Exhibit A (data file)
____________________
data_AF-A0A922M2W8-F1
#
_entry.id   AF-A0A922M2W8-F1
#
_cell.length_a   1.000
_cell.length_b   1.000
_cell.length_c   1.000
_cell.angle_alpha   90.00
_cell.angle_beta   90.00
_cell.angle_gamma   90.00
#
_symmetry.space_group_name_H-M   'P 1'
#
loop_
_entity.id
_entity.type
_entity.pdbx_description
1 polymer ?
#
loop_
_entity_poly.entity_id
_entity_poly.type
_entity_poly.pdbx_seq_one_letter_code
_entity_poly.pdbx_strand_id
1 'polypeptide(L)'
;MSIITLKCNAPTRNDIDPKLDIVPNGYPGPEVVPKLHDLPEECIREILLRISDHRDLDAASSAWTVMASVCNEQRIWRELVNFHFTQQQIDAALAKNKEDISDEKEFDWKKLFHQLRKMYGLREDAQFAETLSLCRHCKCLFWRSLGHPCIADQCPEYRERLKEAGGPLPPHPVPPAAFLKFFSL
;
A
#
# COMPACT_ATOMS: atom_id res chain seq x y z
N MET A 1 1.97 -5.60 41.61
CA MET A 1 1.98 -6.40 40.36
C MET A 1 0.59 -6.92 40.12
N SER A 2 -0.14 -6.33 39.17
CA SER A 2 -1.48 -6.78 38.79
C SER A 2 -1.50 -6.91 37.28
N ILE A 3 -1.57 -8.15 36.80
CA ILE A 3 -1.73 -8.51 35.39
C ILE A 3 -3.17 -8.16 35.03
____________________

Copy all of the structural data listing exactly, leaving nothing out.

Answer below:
data_AF-A0A922M2W8-F1
#
_entry.id   AF-A0A922M2W8-F1
#
_cell.length_a   1.000
_cell.length_b   1.000
_cell.length_c   1.000
_cell.angle_alpha   90.00
_cell.angle_beta   90.00
_cell.angle_gamma   90.00
#
_symmetry.space_group_name_H-M   'P 1'
#
loop_
_entity.id
_entity.type
_entity.pdbx_description
1 polymer ?
#
loop_
_entity_poly.entity_id
_entity_poly.type
_entity_poly.pdbx_seq_one_letter_code
_entity_poly.pdbx_strand_id
1 'polypeptide(L)'
;MSIITLKCNAPTRNDIDPKLDIVPNGYPGPEVVPKLHDLPEECIREILLRISDHRDLDAASSAWTVMASVCNEQRIWRELVNFHFTQQQIDAALAKNKEDISDEKEFDWKKLFHQLRKMYGLREDAQFAETLSLCRHCKCLFWRSLGHPCIADQCPEYRERLKEAGGPLPPHPVPPAAFLKFFSL
;
A
#
# COMPACT_ATOMS: atom_id res chain seq x y z
N MET A 1 1.97 -5.60 41.61
CA MET A 1 1.98 -6.40 40.36
C MET A 1 0.59 -6.92 40.12
N SER A 2 -0.14 -6.33 39.17
CA SER A 2 -1.48 -6.78 38.79
C SER A 2 -1.50 -6.91 37.28
N ILE A 3 -1.57 -8.15 36.80
CA ILE A 3 -1.73 -8.51 35.39
C ILE A 3 -3.17 -8.16 35.03